From an Israeli perspective, the three key elements were isolating Iran, coaxing moderate Arab countries into moving toward normalization with Israel and getting oil-rich Arab states to honor their financial pledges to the Palestinians.
Progress on all or some of these issues would significantly boost Israeli foreign policy goals.
On Iran, Bush's rhetoric was uncompromising. In a major policy statement in Abu Dhabi, he described Tehran as a threat to world peace and called on America's allies to join the United States in confronting the danger "before it was too late."
Bush accused the Iranian regime of funding terrorists and extremists, undermining peace in Lebanon, sending arms to the Taliban, seeking to intimidate its neighbors with alarming rhetoric, defying the United Nations and destabilizing the entire region by refusing to be open about its nuclear program.
But after last month's National Intelligence Estimate (NIE), which concluded that Iran had suspended a clandestine nuclear weapons program in 2003, it is unclear what action the United States intends to take.
Bush's post-NIE Mideast diplomacy can be read in two different ways: bolstering the moderate Arab coalition against Iran as part of an ongoing policy of containment through diplomatic and economic sanctions, or as laying the diplomatic groundwork for a possible military strike against Iranian nuclear installations before the president leaves office.
Israeli experts are divided over how far Bush is likely to go.
Eitan Gilboa of Bar-Ilan University's BESA Center for Strategic Studies said he would be very surprised if Bush does anything dramatic during the remainder of his term, such as initiating a dialogue with the ayatollahs or launching a military strike.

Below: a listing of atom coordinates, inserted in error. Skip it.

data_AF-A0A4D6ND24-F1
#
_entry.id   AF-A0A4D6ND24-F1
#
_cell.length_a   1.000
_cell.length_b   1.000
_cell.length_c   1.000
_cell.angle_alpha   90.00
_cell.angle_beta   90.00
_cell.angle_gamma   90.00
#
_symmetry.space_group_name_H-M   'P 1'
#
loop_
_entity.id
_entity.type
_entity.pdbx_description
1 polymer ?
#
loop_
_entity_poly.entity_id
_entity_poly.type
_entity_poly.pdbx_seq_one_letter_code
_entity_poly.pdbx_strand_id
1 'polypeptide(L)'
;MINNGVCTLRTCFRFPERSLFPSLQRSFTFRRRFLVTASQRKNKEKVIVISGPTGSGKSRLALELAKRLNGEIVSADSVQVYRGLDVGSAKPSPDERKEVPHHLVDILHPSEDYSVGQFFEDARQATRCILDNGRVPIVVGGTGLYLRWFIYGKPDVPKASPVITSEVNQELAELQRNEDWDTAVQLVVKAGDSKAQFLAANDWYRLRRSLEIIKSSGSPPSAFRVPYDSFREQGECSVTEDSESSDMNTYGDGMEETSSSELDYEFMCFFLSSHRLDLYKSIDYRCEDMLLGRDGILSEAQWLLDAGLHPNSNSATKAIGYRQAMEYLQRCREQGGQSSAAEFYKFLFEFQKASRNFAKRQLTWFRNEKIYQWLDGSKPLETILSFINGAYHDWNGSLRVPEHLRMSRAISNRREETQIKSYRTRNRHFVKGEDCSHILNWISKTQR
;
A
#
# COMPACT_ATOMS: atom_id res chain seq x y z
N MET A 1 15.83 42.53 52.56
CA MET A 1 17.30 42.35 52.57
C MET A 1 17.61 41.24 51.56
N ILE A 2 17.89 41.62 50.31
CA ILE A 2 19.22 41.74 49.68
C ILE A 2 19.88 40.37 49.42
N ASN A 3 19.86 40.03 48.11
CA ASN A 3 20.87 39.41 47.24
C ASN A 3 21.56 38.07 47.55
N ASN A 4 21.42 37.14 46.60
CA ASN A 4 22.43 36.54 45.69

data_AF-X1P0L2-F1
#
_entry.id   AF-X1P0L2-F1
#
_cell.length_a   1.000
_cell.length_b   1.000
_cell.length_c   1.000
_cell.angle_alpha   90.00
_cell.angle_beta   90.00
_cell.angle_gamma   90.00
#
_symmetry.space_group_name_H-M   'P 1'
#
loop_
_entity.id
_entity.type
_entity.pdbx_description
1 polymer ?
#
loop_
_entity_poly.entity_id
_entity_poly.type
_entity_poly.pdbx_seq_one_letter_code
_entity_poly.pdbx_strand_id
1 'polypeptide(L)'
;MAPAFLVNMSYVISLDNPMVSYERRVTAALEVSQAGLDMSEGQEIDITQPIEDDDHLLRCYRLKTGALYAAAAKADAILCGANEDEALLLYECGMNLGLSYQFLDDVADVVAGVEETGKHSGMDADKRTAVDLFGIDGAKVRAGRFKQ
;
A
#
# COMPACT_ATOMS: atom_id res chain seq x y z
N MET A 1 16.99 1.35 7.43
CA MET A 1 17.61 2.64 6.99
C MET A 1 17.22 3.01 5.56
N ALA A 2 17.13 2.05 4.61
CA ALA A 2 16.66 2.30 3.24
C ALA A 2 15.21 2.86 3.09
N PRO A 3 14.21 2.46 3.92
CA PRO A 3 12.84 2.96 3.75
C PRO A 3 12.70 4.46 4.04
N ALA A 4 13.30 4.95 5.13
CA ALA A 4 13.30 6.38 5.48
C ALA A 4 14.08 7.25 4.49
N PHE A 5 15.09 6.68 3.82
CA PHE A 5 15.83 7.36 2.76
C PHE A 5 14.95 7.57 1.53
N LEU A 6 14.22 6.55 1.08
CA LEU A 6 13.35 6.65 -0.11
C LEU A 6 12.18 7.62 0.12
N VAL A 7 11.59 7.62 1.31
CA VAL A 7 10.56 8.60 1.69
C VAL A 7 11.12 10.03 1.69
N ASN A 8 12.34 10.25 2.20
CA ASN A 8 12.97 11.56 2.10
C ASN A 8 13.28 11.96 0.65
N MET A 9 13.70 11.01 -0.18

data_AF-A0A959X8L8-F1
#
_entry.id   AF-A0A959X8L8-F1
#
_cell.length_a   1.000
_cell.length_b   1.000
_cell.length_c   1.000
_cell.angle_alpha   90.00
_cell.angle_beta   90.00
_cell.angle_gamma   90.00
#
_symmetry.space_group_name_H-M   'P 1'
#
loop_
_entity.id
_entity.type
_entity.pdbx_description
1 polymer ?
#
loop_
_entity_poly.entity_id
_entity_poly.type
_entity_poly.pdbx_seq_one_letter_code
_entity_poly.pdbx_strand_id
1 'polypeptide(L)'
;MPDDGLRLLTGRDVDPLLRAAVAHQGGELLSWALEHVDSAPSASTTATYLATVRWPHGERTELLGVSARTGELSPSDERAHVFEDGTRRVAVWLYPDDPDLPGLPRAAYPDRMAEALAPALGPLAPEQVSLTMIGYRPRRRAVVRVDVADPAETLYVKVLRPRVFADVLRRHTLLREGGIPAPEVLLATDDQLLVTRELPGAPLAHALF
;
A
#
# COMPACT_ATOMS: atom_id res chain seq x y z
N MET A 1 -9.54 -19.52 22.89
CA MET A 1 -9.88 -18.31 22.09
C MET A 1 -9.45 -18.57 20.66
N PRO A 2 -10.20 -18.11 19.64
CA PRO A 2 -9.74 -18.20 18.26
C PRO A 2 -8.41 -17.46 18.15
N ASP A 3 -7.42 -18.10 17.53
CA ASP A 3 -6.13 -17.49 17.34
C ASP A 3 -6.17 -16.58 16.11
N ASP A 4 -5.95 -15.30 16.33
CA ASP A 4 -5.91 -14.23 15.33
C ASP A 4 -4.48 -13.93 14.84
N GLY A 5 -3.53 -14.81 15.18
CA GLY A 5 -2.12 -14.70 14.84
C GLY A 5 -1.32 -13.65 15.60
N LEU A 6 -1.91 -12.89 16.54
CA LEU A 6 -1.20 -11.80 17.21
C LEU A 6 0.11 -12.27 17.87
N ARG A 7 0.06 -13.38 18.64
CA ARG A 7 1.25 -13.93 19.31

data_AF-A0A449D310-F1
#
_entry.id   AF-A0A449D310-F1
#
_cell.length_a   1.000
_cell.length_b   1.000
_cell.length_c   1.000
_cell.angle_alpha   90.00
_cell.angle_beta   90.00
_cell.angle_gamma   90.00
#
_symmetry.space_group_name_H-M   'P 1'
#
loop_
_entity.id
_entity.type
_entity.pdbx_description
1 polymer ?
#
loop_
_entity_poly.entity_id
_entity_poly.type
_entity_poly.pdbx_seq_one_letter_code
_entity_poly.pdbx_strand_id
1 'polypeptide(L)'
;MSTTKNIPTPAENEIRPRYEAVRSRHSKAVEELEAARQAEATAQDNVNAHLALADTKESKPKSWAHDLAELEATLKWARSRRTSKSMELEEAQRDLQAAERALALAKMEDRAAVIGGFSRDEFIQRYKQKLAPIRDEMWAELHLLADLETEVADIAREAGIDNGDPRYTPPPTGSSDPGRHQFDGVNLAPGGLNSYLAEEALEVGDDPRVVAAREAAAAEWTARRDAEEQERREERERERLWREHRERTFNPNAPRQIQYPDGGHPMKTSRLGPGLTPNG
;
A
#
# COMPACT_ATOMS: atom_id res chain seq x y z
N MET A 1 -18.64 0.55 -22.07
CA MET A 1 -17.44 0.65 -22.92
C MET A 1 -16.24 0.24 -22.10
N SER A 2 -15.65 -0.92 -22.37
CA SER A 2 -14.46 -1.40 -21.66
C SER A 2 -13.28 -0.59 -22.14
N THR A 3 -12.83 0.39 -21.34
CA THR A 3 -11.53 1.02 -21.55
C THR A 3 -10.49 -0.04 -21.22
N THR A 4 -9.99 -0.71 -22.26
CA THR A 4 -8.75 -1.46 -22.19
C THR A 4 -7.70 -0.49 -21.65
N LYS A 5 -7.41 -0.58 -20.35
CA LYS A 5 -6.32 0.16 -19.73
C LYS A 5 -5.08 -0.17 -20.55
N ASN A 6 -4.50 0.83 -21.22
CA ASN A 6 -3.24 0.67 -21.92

Indeed, Gilboa said the president may have ordered the NIE findings to get himself off the hook on attacking Iran.
"The administration has no stomach for military action now," Gilboa said. "The public doesn't want it, and it could hurt the chances of the Republican candidate in the November presidential election."
But Roni Bart, an expert on U.S. Middle East policy at Tel Aviv University's Institute for National Security Studies, argues that the NIE has been far less influential than is generally thought and that Bush still may attack Iran if he believes it is the right thing to do.
Bart points out that the NIE failed to convince the Europeans, the Arab states, the U.S. presidential candidates and, most important, Bush himself that the Iranians have abandoned their drive toward nuclear weapons.
"After seven years we know a bit about Bush. He doesn't care about public opinion, and he says God talks to him," Bart said. "If he thought he should attack before the NIE, and if that's what he still thinks a few months from now, the NIE won't change his mind."
Bush is committed to beefing up moderate forces in the Persian Gulf region as part of the effort to contain Iran. Most significant, the United States intends to supply Saudi Arabia with $20 billion in state-of-the-art weaponry over the coming decade.